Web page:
An early president of the University of Arizona — and one with an uncommon sense of humor — is remembered with both a building and a street named in his honor.

Kendric C. Babcock, a descendant of an old Rhode Island family, was born on Sept. 8, 1864, in South Brookfield, N.Y. He attended the common schools of his small town, graduating from high school in 1881.

Babcock taught school for four years and then, in 1885, returned to school himself. He completed his undergraduate work at the University of Minnesota in 1889 and then went to work there, teaching history and English.

His next step up the ladder of education was Harvard University, where he earned a master’s of arts degree and a doctorate in philosophy in 1896. At Harvard, he did special research on Scandinavians of the Northwest, having gained a particular interest while visiting Norway, Sweden and Denmark a few years earlier.

In 1896, he received a job offer from the University of California-Berkeley and headed west. There, he taught political science and history before becoming assistant professor of American history.

Babcock became the fifth president of the University of Arizona on Nov. 4, 1903. His inauguration was held at the Tucson Opera House and was attended by everyone from Gov. Alexander O. Brodie to pastors of Tucson churches.

He immediately made some changes to the university, discontinuing weekly and sometimes semi-weekly faculty meetings to let teachers and researchers work without interruption. He also modified the curriculum by adding a course in irrigation and another in metallurgy.

In 1904, students requested a day off to celebrate St. Patrick’s Day. Babcock penned his reply on the petition in green ink: “I may be ‘green’ but not so ‘green’ as this.” The president’s humor seems to have been lost on some students who paraded downtown, many them in their cadet uniforms, as they took the unapproved day off.

After the leaders of the student insurgency were suspended, acts of insubordination continued, including hanging Babcock in effigy. The “scandal” was reported in newspapers across the Arizona Territory — even the governor got involved, telling Babcock and the Board of Regents to stick to their guns even if it meant dismissing every student at the university.

The student leaders were punished again with extra drills. Some of them, including future business leaders Monte Mansfield and Harold Steinfeld, were made to lay bricks. With time, the animosity died down and the student body and university leadership learned to work in harmony.

Two years later, Babcock hired his most famous faculty member, Andrew Ellicott Douglass, who came to the Old Pueblo to teach geography and physics but went on to become a world-renowned scientist. Douglass established the Department of Astronomy and supervised the construction of the Steward Observatory, but is best known for founding the Laboratory of Tree-Ring Research and founding the modern science of dendrochronology.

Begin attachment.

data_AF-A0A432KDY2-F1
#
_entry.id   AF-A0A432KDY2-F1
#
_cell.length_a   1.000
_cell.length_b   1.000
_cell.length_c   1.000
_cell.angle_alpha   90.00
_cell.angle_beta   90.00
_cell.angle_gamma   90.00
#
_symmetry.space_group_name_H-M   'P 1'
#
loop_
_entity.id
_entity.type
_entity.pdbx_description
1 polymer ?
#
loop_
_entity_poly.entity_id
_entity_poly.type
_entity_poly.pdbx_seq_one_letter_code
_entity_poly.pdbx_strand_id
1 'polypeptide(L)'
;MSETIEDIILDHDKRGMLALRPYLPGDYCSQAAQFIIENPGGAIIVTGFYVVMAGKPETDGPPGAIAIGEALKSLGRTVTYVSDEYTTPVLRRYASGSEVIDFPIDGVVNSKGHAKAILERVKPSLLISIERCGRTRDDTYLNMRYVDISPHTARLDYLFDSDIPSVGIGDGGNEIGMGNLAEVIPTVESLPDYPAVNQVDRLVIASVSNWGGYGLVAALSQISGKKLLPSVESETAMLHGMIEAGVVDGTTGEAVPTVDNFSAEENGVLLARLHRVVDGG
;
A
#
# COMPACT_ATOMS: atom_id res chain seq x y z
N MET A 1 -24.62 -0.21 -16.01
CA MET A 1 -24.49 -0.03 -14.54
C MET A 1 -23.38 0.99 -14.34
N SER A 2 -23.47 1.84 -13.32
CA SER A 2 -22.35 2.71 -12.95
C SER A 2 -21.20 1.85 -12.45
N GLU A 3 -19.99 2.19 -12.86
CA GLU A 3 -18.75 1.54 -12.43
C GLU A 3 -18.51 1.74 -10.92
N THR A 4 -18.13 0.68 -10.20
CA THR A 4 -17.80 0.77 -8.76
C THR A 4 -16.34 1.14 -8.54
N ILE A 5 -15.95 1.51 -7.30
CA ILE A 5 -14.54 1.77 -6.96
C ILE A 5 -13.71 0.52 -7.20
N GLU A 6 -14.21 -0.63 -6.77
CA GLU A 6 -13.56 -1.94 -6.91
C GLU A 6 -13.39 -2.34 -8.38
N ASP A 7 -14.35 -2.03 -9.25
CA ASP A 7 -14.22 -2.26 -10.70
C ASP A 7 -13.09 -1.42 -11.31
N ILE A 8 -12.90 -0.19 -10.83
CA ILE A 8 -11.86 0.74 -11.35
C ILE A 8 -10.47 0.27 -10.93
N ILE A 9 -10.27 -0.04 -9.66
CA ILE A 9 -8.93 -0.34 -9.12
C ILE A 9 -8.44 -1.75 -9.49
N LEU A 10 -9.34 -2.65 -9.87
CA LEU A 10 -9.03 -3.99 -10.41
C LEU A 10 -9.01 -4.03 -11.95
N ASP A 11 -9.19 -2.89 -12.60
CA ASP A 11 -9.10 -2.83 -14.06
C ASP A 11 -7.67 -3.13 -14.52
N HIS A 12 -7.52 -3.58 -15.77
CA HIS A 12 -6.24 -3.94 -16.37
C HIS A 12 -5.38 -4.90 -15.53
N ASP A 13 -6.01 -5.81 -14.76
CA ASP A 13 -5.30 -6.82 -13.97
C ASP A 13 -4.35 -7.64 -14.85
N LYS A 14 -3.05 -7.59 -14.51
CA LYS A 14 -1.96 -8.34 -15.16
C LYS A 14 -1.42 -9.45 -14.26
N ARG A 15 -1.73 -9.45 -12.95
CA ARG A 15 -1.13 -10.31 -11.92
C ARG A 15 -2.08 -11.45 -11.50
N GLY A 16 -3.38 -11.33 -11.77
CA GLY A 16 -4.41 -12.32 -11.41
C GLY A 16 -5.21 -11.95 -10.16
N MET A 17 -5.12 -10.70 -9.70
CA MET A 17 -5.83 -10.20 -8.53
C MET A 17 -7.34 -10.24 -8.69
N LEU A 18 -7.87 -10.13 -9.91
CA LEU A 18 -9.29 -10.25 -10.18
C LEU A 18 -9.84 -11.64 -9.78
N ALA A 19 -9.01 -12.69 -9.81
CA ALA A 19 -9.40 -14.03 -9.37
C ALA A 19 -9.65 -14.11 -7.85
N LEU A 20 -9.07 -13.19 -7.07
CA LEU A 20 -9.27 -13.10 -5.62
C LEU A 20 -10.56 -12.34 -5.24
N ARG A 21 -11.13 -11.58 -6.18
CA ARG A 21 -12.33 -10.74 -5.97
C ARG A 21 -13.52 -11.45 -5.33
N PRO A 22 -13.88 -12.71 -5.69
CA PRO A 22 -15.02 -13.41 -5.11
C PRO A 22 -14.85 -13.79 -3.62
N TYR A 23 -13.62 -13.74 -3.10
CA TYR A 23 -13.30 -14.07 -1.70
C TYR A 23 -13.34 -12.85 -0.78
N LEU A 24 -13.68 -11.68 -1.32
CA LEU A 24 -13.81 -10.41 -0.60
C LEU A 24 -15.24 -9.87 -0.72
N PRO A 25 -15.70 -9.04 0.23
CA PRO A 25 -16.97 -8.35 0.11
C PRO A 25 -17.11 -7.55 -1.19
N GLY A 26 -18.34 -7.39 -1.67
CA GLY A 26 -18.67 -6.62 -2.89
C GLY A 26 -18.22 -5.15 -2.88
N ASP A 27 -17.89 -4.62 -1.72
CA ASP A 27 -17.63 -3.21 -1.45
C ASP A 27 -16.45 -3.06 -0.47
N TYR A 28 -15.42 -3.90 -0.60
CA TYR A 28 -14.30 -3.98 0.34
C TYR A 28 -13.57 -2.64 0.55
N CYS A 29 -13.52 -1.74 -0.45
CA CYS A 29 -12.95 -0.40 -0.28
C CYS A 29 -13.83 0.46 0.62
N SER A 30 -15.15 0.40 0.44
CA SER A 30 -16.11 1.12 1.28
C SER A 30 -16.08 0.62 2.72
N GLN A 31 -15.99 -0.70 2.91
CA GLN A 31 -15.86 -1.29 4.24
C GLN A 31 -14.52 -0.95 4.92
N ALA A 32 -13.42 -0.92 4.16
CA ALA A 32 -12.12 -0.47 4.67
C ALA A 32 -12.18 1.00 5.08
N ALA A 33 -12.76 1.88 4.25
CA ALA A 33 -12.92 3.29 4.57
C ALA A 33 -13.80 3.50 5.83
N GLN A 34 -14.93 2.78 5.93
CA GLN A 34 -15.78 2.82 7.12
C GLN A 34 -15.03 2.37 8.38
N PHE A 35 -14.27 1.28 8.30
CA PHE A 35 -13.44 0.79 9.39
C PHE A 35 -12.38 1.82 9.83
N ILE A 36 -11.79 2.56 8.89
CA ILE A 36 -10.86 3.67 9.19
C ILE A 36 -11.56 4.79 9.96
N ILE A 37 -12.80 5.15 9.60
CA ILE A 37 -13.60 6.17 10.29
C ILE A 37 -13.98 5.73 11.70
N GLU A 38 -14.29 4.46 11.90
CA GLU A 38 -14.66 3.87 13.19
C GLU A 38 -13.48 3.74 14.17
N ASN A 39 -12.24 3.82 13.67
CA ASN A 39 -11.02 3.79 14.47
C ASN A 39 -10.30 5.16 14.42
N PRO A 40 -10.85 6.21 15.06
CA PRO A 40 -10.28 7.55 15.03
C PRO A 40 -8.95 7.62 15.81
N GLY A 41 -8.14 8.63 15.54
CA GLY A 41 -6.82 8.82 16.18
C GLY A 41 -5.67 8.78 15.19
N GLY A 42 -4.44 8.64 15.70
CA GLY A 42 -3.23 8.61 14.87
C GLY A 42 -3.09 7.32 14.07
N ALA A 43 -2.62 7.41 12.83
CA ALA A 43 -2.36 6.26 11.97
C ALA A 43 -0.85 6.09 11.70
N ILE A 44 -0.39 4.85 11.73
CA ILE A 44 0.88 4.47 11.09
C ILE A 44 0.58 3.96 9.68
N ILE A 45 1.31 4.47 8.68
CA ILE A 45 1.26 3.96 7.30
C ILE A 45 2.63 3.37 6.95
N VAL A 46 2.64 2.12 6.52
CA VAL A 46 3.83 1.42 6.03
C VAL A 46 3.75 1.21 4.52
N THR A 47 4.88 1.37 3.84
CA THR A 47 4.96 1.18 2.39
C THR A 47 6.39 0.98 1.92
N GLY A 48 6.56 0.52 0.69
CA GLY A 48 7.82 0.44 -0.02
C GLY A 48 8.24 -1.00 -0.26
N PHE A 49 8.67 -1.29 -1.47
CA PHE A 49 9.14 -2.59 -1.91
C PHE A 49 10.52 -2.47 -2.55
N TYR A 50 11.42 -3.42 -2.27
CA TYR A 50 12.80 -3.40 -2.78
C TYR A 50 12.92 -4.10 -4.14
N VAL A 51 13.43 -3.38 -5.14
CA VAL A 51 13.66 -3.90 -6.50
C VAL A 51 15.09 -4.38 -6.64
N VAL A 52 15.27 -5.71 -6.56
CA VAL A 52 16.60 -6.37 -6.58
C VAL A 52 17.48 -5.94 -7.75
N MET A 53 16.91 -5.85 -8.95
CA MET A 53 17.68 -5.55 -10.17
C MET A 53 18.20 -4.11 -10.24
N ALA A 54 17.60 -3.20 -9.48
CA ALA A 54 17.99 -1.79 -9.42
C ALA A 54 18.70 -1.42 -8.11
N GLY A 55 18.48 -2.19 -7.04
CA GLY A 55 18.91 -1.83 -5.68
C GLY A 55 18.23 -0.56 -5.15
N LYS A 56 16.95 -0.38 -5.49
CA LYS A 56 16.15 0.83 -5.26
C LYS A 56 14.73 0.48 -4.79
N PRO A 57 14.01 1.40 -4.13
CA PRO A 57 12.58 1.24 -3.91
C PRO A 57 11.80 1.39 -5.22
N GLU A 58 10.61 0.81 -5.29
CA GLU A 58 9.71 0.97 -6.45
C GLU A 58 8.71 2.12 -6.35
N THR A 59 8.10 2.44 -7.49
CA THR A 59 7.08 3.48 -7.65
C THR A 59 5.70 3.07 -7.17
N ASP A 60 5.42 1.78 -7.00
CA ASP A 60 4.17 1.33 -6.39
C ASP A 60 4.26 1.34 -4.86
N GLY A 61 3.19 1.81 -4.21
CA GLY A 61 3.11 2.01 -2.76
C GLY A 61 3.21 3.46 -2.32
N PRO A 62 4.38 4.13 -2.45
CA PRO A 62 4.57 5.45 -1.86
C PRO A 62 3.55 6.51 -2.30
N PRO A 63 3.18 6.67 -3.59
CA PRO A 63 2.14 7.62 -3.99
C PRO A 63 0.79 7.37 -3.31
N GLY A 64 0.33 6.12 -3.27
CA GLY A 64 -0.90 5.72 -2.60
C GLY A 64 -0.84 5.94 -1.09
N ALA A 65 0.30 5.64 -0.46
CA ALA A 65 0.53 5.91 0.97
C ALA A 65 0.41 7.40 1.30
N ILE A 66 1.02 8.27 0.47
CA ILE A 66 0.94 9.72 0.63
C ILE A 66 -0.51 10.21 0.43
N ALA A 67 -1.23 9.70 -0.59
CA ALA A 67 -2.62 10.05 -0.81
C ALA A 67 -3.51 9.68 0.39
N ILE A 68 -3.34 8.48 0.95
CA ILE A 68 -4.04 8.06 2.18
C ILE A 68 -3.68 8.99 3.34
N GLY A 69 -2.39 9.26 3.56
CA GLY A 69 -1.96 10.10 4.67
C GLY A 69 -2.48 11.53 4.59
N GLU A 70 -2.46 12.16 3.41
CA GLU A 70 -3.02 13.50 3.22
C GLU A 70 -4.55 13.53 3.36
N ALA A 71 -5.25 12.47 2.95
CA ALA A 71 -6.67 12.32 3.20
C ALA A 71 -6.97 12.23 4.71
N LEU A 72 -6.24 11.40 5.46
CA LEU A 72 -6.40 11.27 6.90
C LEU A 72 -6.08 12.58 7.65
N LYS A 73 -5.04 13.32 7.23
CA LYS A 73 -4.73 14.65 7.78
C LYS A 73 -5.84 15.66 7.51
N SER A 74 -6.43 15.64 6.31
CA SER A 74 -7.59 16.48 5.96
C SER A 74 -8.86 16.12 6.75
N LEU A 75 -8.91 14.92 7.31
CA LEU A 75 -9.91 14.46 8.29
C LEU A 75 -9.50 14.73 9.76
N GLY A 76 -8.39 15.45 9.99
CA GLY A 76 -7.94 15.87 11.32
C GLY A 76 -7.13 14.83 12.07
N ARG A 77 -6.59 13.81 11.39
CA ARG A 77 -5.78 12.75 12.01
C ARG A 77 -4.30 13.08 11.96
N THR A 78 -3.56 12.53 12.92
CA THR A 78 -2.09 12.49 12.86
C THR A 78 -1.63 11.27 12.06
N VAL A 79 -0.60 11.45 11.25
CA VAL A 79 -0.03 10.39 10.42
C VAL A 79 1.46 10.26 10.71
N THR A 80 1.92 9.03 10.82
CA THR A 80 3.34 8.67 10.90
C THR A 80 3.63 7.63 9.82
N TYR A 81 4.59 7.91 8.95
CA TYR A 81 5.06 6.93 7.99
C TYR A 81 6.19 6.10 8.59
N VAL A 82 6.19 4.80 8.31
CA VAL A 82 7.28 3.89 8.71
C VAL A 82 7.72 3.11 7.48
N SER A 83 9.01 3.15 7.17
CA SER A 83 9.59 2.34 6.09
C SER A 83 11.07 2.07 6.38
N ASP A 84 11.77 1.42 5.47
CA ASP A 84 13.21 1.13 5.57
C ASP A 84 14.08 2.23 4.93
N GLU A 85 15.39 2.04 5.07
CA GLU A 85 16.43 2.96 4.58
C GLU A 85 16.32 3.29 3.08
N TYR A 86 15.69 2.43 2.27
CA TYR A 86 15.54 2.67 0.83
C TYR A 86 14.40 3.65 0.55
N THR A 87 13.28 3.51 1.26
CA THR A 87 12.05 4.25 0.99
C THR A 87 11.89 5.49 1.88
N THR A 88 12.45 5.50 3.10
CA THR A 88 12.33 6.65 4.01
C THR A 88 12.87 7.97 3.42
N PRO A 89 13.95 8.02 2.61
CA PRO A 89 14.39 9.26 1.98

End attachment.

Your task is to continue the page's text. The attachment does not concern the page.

While Babcock had to address the major issues of his day at the fledgling university, at times he was called upon to deal with issues of less significance. For example, in May 1908 the Arizona Citizen newspaper asked his reasons for locking the main gates at the university at night. His reply:

“The lawns, alfalfa, shrubbery, gardens, irrigating terraces and ditches are at best maintained with difficulty and at great expense. Open gates at night mean the invasion of cattle, horses, and burros, the trampling of the grounds and destruction of shrubbery, not to mention other annoyances. Gates closed but not locked are almost certain to be left open by the first driver of carriage or automobile to pass through and so they remain open the whole night, since we have at present no night-watchman.

“Whenever the University itself gives an entertainment, the gates are opened and the grounds lighted; when one of the numerous societies and clubs gives an entertainment and requests the superintendent of grounds to open the gates, he willingly complies, but unless he or the office is notified, the gates are closed as usual at dark.

“It is simply because the University grounds are public property, maintained at public expense, that I am so careful to protect them from damage. By day we can watch the campus and care for it and open it for the pleasure of all who wish to enter; by night we cannot watch it and so we have for two years closed it to vehicles, but not to pedestrians, at nightfall. I therefore ask the co-operation of the citizens of Tucson in the endeavor to preserve and improve the campus and in the maintenance of good order.”

In 1910, Babcock submitted his resignation to the Board of Regents. When he left, the UA had 195 students, a number that likely including prep students.

In December 1910, Babcock was honored at a farewell service at the Congregational Church of which he was a member and at a farewell dinner at the Old Pueblo Club.

Babcock’s next role was with the U.S. Bureau of Education (the current U.S. Department of Education), where he studied the conditions of colleges and universities. He later became dean and provost at the University of Illinois. He died in Illinois in 1932.

Babcock is also the namesake of the Babcock Building at 1717 E. Speedway.